Let’s not get silly and compare what Colin Kaepernick is doing to Muhammad Ali’s refusal to heed Uncle Sam’s call to arms.
Yes, Kaepernick has taken a stand by sitting/kneeling during the playing of the Star-Spangled Banner at National Football League games, but when the San Francisco 49ers commence their 2016 crusade he’ll be the backup quarterback. His protest against police brutality and the oppression of black people/people of color hasn’t cost him his livelihood. His bank account is no less ample. He’s in no danger of being arrested, cuffed, hauled into court and sentenced to five years in prison.
Ali was dealt every bit of that hand. And more. Including death threats. Yet he was all-in. He had “no quarrel with them Viet Cong” so he wasn’t going to drop bombs on, or shoot bullets at, innocent brown people come hell or hoosegow.
By way of comparison, Kaepernick’s posture has, at worst, earned him enemies who see him not as a caped crusader for colored people but, rather, as an anti-anthem, anti-military and an anti-America ingrate who ought to just play football and zip his lips unless he plans to pledge allegiance to a country that he believes has come undone.
But when did doing and saying nothing become acceptable?
Maybe Rosa Parks should have given her seat to that white man and moved to the back of the bus where the black folk belonged to save herself from finger printing and time in jail.
Maybe Martin Luther King Jr. should have stayed home to mow the lawn instead of marching through the southern United States and spending time behind bars.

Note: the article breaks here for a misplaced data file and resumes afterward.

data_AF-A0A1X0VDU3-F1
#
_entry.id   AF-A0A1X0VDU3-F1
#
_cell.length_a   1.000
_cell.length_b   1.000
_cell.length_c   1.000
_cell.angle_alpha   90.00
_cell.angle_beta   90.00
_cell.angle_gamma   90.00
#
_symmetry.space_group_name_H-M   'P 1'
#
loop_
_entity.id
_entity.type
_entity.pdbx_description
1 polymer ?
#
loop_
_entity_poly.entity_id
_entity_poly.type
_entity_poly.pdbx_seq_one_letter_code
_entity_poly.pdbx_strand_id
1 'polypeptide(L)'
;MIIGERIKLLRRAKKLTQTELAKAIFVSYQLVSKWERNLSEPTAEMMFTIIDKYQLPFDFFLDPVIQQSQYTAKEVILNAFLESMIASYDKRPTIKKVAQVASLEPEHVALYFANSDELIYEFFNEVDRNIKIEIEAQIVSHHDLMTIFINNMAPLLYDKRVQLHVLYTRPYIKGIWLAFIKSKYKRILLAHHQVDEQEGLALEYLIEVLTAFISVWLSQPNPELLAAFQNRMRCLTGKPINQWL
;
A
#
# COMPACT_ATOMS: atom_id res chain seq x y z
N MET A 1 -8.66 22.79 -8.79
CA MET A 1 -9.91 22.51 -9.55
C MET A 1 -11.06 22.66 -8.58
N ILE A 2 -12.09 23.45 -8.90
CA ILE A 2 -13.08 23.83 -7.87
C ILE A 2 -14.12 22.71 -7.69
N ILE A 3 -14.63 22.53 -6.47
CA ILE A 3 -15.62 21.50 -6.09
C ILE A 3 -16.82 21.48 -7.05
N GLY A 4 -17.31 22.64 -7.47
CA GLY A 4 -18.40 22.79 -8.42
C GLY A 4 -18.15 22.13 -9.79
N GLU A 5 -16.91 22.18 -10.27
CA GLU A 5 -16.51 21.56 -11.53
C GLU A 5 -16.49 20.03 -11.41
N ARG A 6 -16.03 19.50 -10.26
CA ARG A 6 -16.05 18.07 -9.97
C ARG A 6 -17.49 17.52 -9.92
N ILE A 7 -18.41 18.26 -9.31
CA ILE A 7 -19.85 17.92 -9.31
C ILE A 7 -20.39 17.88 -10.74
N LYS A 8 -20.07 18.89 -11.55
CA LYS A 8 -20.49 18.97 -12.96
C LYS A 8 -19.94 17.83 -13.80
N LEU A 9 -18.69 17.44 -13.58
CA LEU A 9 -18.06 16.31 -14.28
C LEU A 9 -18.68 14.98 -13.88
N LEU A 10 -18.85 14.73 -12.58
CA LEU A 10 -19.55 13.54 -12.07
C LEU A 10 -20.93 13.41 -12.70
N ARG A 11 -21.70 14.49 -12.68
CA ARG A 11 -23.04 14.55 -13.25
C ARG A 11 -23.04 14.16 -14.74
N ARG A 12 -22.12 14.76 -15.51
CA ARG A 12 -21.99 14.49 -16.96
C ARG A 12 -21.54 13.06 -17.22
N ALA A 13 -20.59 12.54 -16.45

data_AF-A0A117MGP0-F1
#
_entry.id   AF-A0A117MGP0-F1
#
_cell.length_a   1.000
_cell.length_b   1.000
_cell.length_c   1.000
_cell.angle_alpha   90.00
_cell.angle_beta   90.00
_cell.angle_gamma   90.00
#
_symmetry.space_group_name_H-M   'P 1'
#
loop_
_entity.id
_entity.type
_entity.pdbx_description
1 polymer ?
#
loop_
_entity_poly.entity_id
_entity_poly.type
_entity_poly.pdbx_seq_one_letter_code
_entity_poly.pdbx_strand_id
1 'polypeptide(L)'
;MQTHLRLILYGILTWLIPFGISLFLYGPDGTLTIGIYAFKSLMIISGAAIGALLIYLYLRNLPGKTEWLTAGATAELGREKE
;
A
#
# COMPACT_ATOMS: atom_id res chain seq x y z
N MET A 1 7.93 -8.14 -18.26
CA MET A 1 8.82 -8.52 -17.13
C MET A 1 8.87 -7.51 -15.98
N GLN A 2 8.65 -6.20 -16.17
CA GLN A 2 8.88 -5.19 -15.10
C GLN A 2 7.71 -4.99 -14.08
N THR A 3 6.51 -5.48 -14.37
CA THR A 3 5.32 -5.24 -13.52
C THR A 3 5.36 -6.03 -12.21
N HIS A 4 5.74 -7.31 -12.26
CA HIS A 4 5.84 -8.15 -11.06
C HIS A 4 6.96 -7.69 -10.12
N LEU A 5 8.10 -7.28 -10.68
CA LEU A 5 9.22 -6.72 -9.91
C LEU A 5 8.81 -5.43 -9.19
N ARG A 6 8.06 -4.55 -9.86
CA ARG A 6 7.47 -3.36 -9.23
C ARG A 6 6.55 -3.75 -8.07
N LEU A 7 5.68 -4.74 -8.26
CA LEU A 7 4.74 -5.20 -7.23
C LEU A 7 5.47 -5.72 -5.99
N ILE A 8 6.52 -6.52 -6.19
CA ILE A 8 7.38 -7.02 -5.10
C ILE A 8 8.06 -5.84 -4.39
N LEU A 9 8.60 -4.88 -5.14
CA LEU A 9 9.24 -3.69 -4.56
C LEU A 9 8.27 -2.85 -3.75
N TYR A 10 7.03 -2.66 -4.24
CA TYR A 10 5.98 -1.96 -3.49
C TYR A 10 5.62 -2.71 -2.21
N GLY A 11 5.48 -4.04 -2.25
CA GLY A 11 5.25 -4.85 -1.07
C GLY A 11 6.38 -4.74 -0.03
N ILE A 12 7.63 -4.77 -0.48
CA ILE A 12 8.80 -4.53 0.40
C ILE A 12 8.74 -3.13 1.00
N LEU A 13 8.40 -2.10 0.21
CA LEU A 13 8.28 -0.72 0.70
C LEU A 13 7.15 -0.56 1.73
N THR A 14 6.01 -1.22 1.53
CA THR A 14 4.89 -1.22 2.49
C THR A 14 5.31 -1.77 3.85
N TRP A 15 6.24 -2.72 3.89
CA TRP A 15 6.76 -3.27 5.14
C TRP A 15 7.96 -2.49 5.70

Maybe Gandhi should have just bought government salt rather than walk more than 200 miles to collect his own and spare himself yet another stretch in jail.
Maybe Tommie Smith and John Carlos should have played nice by putting on their shoes, unclenching their hands and smiling for the cameras.
Maybe Jesse Owens should have skipped out on the 1936 Olympics and let Hitler have his way.
Maybe Harvey Milk should have stayed in the closet.
Maybe students at Kent State should have gone to class instead of carrying signs, marching and shouting.
Maybe all those young people shouldn’t have taken sledge hammers to the Berlin Wall.
Maybe Marlon Brando should have accepted his Oscar as best actor for his role as Don Vito Corleone in The Godfather rather than send an Apache woman, Sacheen Littlefeather, to deliver a speech about the misrepresentation of Native Americans in film and on TV, at the same time drawing attention to Wounded Knee.
Maybe John and Yoko shouldn’t have acted like a couple of layabouts and gotten out of bed.
Maybe Johnny Cash should have worn more colorful clothing.
Maybe Nellie McClung should have stayed home to cook and clean for her hubby and their five children rather than make so much noise about women voting and being “persons.”
Maybe the drag queens, transgender individuals, cross-dressers, butch lesbians and gay men at the Stonewall Inn should have simply tucked their feathered boas between their legs and peacefully piled into paddy wagons rather than kick up a fuss.
Maybe all those draft dodgers who sought refuge in Canada should have been turned back at the border.
Maybe punter Chris Kluwe should have kept silent and not exposed homophobia among the Minnesota Vikings coaching staff.
Maybe Branch Rickey should have hired Jack Roosevelt Robinson to shine his shoes rather than sign him to a Brooklyn Dodgers contract that made him the first black man to play Major League Baseball.
Maybe what Colin Kaepernick is doing won’t amount to anything. He’s no Ali. He’s no Jackie Robinson (who, by the way, would not salute the flag or stand for the anthem toward the end of his life). He’s no Rosa Parks. He’s no Gandhi. He’s just a backup quarterback clinging to a high-paying job that grants him a lifestyle of privilege.
But, he’s got people talking. And thinking. He sees something that he believes isn’t right. He’s trying to fix it, as are other athletes who have begun to parrot him. How can that be wrong?